The second lockdown is coming to an end! This one felt much longer than a month, but I managed to keep myself busy – I crossed off everything off my November list and some more..
Oh did I watch Christmas movies! I saw Never Kiss a Man in a Christmas Sweater, Deliver Before Christmas, Christmas in Vienna, On The 12th Date of Christmas and Happiest Season. It was especially fascinating seeing how Hallmark made it work while filming during COVID. Christmas in Vienna made surprisingly good use of the city locations and local food – I can’t wait to go back to Vienna.
I cooked and baked! Including those delicious cinnamon, ginger and cloves filled Dutch kruidnoten I talked about here. I also supplemented my batch of the tomatillo-based Mexican salsa verde, which I could write a whole post on how amazing it is. But my favourite dish this month has to be the Japanese Katsu Curry that went great with the gyozas I made last month (which defrosted perfectly).
I also did an online Tea Tasting with Bird & Blend that was organised by the events team of my office building. Not only did this workshop have my name written all over it, but as it was Bird & Blend, I was very excited for this one. During the tasting we learned to look at things like leaf types, liquor and aroma and I discovered new flavours that I want to get next time I’m in Angel, where they have a shop. If you’re still looking for gifts or stocking fillers for tea lovers I can highly recommend. They have a wide selection of unique tea blends that make great gifts no matter what the season. You can also order a kit that will give you access to an online tasting. My top tea tips are the Gingerbread Chai, Campfires and Vampires and Fireside Snuggles varieties.
I usually save my Cheese fondue for December, but why wait in these unprecedented times? The Cheese Bar does a mouthwatering one that comes with everything you need to make the actual fondue and potatoes and bread to go with it. If you want to add some extra things to your cheese experience, I can suggest steamed Brussels sprouts, meatballs from the Vegetarian Butcher (though I’m sure any would work) and tenderstem broccoli, which all go perfectly.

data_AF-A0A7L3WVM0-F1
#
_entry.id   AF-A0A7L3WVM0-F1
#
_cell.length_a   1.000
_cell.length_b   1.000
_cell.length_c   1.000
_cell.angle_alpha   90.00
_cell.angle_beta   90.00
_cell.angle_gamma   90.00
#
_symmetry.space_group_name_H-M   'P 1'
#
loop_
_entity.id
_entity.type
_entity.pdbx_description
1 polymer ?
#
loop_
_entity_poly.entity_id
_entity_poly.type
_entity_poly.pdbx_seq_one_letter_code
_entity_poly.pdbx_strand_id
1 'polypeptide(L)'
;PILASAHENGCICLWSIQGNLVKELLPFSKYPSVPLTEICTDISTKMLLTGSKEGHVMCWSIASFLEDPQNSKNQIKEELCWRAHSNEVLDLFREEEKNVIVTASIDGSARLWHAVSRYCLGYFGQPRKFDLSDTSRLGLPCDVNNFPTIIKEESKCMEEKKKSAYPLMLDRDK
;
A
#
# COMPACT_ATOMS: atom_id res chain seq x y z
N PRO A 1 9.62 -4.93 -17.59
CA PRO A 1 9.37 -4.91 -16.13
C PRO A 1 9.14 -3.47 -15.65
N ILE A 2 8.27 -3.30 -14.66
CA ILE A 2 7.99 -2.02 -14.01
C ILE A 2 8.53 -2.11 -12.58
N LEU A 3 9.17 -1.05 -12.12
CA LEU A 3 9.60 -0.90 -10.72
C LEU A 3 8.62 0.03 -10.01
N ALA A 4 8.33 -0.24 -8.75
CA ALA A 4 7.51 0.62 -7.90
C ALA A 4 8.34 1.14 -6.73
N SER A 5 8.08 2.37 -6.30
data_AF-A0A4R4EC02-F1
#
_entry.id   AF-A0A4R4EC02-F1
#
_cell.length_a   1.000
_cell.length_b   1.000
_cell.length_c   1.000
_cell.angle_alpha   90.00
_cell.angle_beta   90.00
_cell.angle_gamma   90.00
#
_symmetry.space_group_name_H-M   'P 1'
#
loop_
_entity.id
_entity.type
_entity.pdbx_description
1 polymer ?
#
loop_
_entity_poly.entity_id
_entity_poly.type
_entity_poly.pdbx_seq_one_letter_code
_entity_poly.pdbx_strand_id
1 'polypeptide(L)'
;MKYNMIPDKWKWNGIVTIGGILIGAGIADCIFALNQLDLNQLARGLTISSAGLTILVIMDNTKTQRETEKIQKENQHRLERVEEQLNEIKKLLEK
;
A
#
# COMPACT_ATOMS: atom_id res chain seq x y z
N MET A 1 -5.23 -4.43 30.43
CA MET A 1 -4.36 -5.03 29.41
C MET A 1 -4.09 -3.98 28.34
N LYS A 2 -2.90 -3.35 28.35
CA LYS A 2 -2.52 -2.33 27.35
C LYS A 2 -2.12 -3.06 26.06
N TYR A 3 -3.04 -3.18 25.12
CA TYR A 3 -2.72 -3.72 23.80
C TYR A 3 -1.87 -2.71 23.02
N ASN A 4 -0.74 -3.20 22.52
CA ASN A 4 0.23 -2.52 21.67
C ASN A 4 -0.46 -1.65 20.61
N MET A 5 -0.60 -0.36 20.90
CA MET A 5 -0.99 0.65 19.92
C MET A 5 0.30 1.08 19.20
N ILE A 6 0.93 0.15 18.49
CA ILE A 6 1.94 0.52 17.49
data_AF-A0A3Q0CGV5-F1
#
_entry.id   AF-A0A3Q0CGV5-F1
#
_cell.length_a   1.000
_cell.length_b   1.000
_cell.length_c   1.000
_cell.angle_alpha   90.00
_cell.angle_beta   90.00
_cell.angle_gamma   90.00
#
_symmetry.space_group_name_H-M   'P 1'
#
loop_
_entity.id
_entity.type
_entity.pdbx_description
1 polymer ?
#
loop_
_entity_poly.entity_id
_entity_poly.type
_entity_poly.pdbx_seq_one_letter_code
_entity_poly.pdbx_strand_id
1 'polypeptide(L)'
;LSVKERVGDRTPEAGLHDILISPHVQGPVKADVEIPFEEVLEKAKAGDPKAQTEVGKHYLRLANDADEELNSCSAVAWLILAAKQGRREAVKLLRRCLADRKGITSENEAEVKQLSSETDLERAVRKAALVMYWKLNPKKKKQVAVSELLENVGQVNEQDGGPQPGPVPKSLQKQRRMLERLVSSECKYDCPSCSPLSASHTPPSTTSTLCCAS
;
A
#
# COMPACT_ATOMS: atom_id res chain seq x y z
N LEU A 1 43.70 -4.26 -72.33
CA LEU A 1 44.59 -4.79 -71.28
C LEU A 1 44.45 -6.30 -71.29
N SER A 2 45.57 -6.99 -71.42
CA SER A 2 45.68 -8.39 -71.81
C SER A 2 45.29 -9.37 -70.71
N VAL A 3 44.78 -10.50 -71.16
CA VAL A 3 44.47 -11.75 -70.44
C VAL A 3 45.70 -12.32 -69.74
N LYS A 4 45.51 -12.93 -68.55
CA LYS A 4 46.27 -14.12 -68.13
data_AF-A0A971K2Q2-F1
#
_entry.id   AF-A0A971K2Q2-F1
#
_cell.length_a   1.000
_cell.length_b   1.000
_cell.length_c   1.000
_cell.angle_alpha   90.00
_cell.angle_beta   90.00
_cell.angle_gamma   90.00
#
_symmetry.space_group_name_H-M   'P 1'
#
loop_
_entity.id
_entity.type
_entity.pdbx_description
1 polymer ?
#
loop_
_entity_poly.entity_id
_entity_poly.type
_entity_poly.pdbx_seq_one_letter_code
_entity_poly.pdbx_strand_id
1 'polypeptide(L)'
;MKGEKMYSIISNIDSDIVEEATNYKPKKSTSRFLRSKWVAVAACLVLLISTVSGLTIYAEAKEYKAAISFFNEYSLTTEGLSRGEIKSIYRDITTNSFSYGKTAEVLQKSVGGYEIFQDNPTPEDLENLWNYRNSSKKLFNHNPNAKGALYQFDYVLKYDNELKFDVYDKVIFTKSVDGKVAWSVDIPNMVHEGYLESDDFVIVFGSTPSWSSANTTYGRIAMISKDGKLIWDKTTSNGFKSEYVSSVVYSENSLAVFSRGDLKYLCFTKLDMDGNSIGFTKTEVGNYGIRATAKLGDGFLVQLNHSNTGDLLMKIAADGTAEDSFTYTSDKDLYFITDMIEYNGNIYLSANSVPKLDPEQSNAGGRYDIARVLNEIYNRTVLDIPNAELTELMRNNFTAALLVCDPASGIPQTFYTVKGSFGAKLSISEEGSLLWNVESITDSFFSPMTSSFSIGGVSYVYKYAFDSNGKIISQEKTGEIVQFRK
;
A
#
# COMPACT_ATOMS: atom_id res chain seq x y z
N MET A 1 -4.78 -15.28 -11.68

On my initial to-do list I had folding my Ghibli origami, but instead I ended up doing origami during a workshop with Traverse & Paperboyo for the Korea Tourism Board. I can imagine how hard it is to come up with blogger events for tourism destinations, but they did an amazing job with making it relevant and practical. In addition to the classic crane bird, we also learned how to fold a Christmas tree and a star. I have some Christmas paper leftovers from previous years and am looking forward to transforming them into some festive star ornaments.
The day before lockdown I went out to go sweet chestnut hunting in the woods. Then I got a roasting pan, some wood and roasted a batch every Sunday. There’s just something about starting a fire, roasting and peeling those golden goodies that really warms my heart.
Walks around the block were a bit hit-and-miss this month. The one big park near my house was packed with joggers and cyclists, but thankfully other routes made up for it. The most surreal thing I saw was a fox that was chilling around, not intimidated by people until they came across a dog who was not a fan and they ran off rather quickly!
How have you been handling lockdowns and restrictions where you are?
Happy Friday! Hope you all had a great week. Many moons ago I used to share some of my favourite blog posts I’d read elsewhere. And since we’re all about sharing is caring these days I thought I’d share my top five reads from this week.
1. Now I can’t visit dusty country houses and manors I’m always happy to see when someone else posts about one I haven’t been to yet. Amanda visited and stayed at Layer Marney Tower, a historic Tudor building in Essex and shared lots and lots of lovely photos on Rhymes and Ribbons.
2. I’m an avid follower of R29’s Money Diaries and it’s always a long wait for another eagerly awaited one. Luckily for me there’s always bloggers who share their spend overviews on their blogs. This week I stumbled upon Ghenet from Ghenetactually’s insightful money diaries.
3. Margaret from M Gets Dressed has put together a great post about types of statement collars and how to wear them. I’ve often passed on a dress or shirt because I was intimidated by the very 70s or 80s collar, but in the last few years they’ve grown on me and I’m happy they’ve become mainstream now.
I know this isn’t a Food/Recipe Blog, but I wanted to share my love of a particular Autumn/Winter treat – the humble sweet chestnut and how you too can enjoy and cook them! And of course, you can’t be a proper food/recipe blogger without giving 500 words on your life story, so here we go…
Collecting chestnuts with my dad and then roasting them are some of my favourite childhood memories. In October, my dad would take me to our forest to check on the chestnut trees and once they were ready we’d pack our woven baskets, a mini one for me and a big one for my dad, and we’d pick and pick and pick. Once they dried, we’d get together with neighbours and roast kilos of them above the fire. During roasting, I was put on peeling duty along with the other kids, and we ate until our stomachs were full and then our peeling jobs were taken over by the moms as we were getting too slow. The chestnuts were then frozen and lasted us all winter.
Nowadays I occasionally buy a pack at my local market or at the shop and roast them in the oven, but it just doesn’t taste the same without all the hard labour and hot flames.